OK, so every so often I make chili. It's the greatest guy food I can think of and it's extremely forgiving when it comes to preparation, which I like a lot. I make a new variation every once in a while, so I thought I'd share my newest recipe:
8 oz. Olive oil (EV)
2 Large white onions
6 Cloves of garlic
2 lbs Stewed beef, chuck or round
1 lb Pork loin, cut into 1 inch cubes
1 lb Chorizo
2 Jalepenos, seeded and diced
1 Poblano, seeded and diced
2 Chipotles in adobo (unseeded)
5 tbls Chili powder (Haven't made my own due to lack of access to peppers)
2 tbls Ancho chili powder
2 tbls Mexican oregano (the only thing I'll ever put oregano in)
1.5 tbls Cumin
1 tbls Brown sugar
1 tsp salt
1 tsp black pepper
1 tsp cinnamon
1 tsp allspice
1 tsp smoked paprika
2 tbls freshly chopped cilantro
1.5 tbls unsweetened cocoa
2 12 oz. beer (or more) - Hoppy/Amber ale; my favorite: Rogue Smoke Ale
1 large can diced tomatoes
1 small can tomato paste
Yes, it's a lot of stuff and that's part of the fun. I haven't entered any contests yet, but I'm almost positive I could win in my local, small town... although they have a chili cookoff every year, the mildest variation always wins.
The beer is important and there's been a lot of debate over what kind of beer is best in chili. Some say a hoppy amber is best; others say a dark porter or stout. Others still claim middle of road ales (Alton Brown for one). I like all those ideas... except the dark beers. They're too malty, although overly hoppy beers give chili an herbal taste you don't want. "Middle of the road" ale is probably the safest bet, but my personal favorite: Rogue Smoked Ale. There are other smoked ales that would work, but Rogue's is the one I have access to, so that's the one I use. It's perfect. Arrogant Basterd, as hoppy as it is, apparently makes a great chili as well.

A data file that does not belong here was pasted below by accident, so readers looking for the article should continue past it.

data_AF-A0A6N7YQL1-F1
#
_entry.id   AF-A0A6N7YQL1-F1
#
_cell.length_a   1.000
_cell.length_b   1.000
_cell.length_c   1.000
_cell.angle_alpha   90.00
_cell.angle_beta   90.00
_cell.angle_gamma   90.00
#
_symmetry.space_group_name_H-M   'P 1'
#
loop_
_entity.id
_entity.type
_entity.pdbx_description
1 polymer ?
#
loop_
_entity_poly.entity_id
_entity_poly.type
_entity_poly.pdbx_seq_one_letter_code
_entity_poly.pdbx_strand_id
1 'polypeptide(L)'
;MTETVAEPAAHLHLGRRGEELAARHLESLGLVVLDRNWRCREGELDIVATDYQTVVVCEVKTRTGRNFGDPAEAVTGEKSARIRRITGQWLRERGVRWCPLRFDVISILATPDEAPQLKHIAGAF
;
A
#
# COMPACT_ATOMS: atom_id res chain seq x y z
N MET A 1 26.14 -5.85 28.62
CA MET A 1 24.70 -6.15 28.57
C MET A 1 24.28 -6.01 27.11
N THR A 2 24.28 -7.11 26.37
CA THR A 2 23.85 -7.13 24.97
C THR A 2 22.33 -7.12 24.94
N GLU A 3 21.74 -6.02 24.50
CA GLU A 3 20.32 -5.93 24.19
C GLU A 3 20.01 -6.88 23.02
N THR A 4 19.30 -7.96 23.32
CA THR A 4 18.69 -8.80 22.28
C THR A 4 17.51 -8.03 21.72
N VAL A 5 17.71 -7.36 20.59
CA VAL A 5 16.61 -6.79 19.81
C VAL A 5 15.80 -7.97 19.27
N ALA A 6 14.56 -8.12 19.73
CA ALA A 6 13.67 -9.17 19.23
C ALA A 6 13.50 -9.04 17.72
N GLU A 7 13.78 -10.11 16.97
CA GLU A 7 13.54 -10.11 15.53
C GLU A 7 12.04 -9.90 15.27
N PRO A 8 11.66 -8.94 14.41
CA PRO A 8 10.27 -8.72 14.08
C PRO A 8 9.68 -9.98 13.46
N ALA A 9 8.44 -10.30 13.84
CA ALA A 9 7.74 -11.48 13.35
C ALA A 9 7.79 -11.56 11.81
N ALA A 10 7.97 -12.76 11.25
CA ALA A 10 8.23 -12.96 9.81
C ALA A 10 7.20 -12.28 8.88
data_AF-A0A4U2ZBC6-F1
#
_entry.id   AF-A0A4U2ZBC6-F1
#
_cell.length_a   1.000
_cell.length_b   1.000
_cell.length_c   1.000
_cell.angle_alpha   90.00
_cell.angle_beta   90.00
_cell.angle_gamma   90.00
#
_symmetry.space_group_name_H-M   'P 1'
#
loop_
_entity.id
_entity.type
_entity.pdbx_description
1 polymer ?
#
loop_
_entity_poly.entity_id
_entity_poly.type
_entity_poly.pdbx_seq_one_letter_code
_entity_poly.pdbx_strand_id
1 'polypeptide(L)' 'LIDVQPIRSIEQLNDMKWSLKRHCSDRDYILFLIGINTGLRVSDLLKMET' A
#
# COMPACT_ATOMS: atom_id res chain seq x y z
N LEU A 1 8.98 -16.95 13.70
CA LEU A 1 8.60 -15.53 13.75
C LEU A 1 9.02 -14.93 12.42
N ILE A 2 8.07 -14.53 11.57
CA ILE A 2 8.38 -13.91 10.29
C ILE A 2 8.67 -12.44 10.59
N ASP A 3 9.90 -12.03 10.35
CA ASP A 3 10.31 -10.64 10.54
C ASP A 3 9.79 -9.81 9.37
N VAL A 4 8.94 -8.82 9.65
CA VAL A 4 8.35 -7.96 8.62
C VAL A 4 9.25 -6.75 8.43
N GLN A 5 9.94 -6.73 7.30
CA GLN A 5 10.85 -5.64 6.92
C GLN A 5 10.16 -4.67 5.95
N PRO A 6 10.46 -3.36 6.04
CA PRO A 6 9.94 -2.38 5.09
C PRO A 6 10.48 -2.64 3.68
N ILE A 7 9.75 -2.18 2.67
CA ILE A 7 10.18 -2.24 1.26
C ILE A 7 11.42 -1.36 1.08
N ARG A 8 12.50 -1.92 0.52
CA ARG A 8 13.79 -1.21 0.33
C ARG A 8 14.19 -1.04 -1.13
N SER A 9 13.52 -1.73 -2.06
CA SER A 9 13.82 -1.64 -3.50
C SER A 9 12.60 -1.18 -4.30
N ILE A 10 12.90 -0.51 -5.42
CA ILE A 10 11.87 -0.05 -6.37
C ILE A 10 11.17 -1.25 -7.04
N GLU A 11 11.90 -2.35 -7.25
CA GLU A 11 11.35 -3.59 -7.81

As for beans, I'm a northeasterner so I don't know squat about chili, but I know this; I like my chili without beans. End of story.
There seem to be two types of chili bases; red and brown. Red based chilis are made with tomatoes and tomato sauce. Brown-based are made with stock. I like tomatoes because I'm Italian and, well, tomatoes are a nice natural sweetener when diced up. I still add brown sugar though, which helps offset some of the spiciness I get from the combination of Jalepenos, Poblanos and chipotles. I seed most of the peppers though which makes them mostly mild. The spiciness comes from the chili powders and the chipotles (which I leave seeded).
And here's the finishing touch... thickness. Most chili's rely on the beans to provide a nice thickness but I don't use beans so this is what I do.
Too thin: add Masa harina (a Spanish cornmeal)
Too thick: add strong coffee
Simple as that. I'll finalize the recipe once I actually make it. The beef and pork are currently marinating in 3 tbls olive oil and 2 tbls chili powder.